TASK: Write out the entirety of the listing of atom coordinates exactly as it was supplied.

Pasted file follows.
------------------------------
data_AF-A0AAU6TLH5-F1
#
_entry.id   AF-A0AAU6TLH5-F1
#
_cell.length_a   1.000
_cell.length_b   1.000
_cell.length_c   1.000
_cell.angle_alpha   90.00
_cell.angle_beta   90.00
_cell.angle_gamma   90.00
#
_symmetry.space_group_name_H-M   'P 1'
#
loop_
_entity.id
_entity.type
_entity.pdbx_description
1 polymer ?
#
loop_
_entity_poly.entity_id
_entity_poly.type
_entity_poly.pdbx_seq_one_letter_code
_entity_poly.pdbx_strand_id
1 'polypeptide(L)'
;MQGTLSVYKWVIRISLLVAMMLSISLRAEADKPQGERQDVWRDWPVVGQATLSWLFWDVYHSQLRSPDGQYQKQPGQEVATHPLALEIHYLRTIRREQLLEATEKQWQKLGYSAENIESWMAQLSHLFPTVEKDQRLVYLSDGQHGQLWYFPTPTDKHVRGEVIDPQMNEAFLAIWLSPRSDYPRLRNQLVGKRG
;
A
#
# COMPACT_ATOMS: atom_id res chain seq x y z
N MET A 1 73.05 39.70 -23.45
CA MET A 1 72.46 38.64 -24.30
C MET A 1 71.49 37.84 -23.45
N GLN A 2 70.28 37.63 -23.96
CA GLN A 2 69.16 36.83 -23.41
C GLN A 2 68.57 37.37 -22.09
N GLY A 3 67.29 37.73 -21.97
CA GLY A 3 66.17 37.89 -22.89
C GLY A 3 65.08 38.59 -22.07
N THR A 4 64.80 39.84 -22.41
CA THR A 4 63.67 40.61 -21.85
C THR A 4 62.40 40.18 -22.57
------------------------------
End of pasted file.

data_AF-A0AAU6TLH5-F1
#
_entry.id   AF-A0AAU6TLH5-F1
#
_cell.length_a   1.000
_cell.length_b   1.000
_cell.length_c   1.000
_cell.angle_alpha   90.00
_cell.angle_beta   90.00
_cell.angle_gamma   90.00
#
_symmetry.space_group_name_H-M   'P 1'
#
loop_
_entity.id
_entity.type
_entity.pdbx_description
1 polymer ?
#
loop_
_entity_poly.entity_id
_entity_poly.type
_entity_poly.pdbx_seq_one_letter_code
_entity_poly.pdbx_strand_id
1 'polypeptide(L)'
;MQGTLSVYKWVIRISLLVAMMLSISLRAEADKPQGERQDVWRDWPVVGQATLSWLFWDVYHSQLRSPDGQYQKQPGQEVATHPLALEIHYLRTIRREQLLEATEKQWQKLGYSAENIESWMAQLSHLFPTVEKDQRLVYLSDGQHGQLWYFPTPTDKHVRGEVIDPQMNEAFLAIWLSPRSDYPRLRNQLVGKRG
;
A
#
# COMPACT_ATOMS: atom_id res chain seq x y z
N MET A 1 73.05 39.70 -23.45
CA MET A 1 72.46 38.64 -24.30
C MET A 1 71.49 37.84 -23.45
N GLN A 2 70.28 37.63 -23.96
CA GLN A 2 69.16 36.83 -23.41
C GLN A 2 68.57 37.37 -22.09
N GLY A 3 67.29 37.73 -21.97
CA GLY A 3 66.17 37.89 -22.89
C GLY A 3 65.08 38.59 -22.07
N THR A 4 64.80 39.84 -22.41
CA THR A 4 63.67 40.61 -21.85
C THR A 4 62.40 40.18 -22.57